Which should you choose?, ...when?, ...and why?
'No-one ever got fired for buying IBM'. A perennial risk-management mantra. The other side of this coin is the implication that you'll be obtaining the very best mediocrity that money can buy. You'll be pleasantly surprised if you receive excellence but you're not really expecting it.
There are Pro's and Con's – and the choice depends on the fit you need.
When you buy big, you're basing your purchase on reputation. You are tapping into an organization with large resources that will be able to deliver. You are engaging an organization that can offer you a service that they have done many times before, and they know just what to do to 'crank the handle' to churn it out. The level of comfort this provides is certainty.
When you buy boutique, you're going to be engaging a specialist. Someone with a penchant for a particular technology, and/or someone with significant experience in a single vertical market segment. You're engaging someone with more intensive knowledge in who is going to produce the right results, quickly and effectively. They are not going to apply the one size fits all solution to your business problems.
More to the point they are a specialist. With the larger corporates you are likely to have the actual work undertaken by a more junior person. The senior partners are more often doing the sales work, engaging the client and overseeing the account rather than using their extensive expertise to deliver the results. The extra distance between the specialist and the coal-face means that insights that they might have detected may be obscured through the inexperience of the practitioner doing the work combined with the routinized approach to the analysis.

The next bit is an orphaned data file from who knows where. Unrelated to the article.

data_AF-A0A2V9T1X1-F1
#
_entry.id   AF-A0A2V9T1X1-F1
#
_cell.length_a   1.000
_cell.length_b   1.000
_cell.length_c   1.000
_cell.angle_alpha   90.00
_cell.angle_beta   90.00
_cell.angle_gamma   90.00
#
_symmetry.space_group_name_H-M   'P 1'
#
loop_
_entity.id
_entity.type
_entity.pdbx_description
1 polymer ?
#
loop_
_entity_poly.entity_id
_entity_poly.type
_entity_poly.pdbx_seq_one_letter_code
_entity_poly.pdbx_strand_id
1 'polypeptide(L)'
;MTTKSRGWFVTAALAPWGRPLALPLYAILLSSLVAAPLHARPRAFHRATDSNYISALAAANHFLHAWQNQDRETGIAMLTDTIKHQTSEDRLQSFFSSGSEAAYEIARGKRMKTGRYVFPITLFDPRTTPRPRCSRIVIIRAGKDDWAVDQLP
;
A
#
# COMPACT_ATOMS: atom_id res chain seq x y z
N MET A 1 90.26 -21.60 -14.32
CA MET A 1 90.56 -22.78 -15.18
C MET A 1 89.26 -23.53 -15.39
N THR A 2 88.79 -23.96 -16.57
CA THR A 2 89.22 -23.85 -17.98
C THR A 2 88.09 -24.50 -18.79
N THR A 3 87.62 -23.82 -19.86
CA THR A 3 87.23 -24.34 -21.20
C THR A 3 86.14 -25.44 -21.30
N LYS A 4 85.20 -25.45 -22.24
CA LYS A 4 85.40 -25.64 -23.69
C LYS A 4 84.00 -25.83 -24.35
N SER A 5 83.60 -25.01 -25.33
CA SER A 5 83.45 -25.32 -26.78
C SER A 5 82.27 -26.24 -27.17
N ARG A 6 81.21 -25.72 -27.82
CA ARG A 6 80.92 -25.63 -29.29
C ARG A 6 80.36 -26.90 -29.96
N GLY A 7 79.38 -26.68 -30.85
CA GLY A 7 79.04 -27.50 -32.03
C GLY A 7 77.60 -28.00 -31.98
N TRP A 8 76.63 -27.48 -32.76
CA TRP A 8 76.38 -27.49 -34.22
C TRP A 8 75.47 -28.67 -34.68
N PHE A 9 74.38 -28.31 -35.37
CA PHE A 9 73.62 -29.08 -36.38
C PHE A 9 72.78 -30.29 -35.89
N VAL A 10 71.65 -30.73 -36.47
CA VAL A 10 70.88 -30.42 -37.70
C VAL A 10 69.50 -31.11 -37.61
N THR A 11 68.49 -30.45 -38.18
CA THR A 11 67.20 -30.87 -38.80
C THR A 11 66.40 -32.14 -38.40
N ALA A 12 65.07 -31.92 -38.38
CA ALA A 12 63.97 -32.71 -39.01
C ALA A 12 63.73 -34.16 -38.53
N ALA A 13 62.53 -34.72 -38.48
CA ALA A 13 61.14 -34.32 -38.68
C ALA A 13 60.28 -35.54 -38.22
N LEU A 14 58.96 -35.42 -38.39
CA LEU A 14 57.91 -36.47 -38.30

The boutique specialist will likely understand your industry already and you aren't going to be paying the consultant top hourly rates for you to educate them! They will know what questions to ask, and they come with a point of view. A boutique consultant should tell the client exactly what the problem is, without sugar-coating, or worrying about the egos of the people involved. You're paying to have the problem fixed, not massaged out of view.
Where a consultant discovers that part of the problem domain is outside of their expertise, a good consultant will engage others to augment the knowledge gap. The difference here is that a boutique consultant will engage another specialist whereas a corporate entity is more likely to look in-house for those skills and find the closest match.
People engage consultants for a variety of reasons, but the most common are:
- They lack the expertise to undertake the work
- They lack the resources to do the work
- They require external assistance to make a tough decision
Before you engage a consultant, whether that be big or boutique:
- Decide whether you are committed to fixing the problem
- Don't set overtight deadlines if you don't really need them
If you know the answer you want already, but you want to instruct an 'independent' company to make the recommendation, then buy big. No one is going to argue with their reputation, but more importantly boutique companies aren't there to rubber stamp solutions, particularly if the solution doesn't match their point of view. Boutique companies stand and fall on their integrity and they are unlikely to take you on as a customer.
Often companies seeking the services of consultants set very tight timeframes, both to respond to proposals and to undertake the work. The tight timeframes are usually related to meeting internal KPIs only. Big consultancies are geared up to meet these tight timeframes and boutique ones will struggle for such a timely response. The reality is, that once a recommendation is delivered the customer rarely acts on it promptly. Setting tight timeframes might tick your boxes and keep your boss happy, but if your goal is to get to the root of the problem and generate custom solutions in areas where specialist expertise is an essential component, then give yourself and your preferred consultant time to generate the best outcomes for you.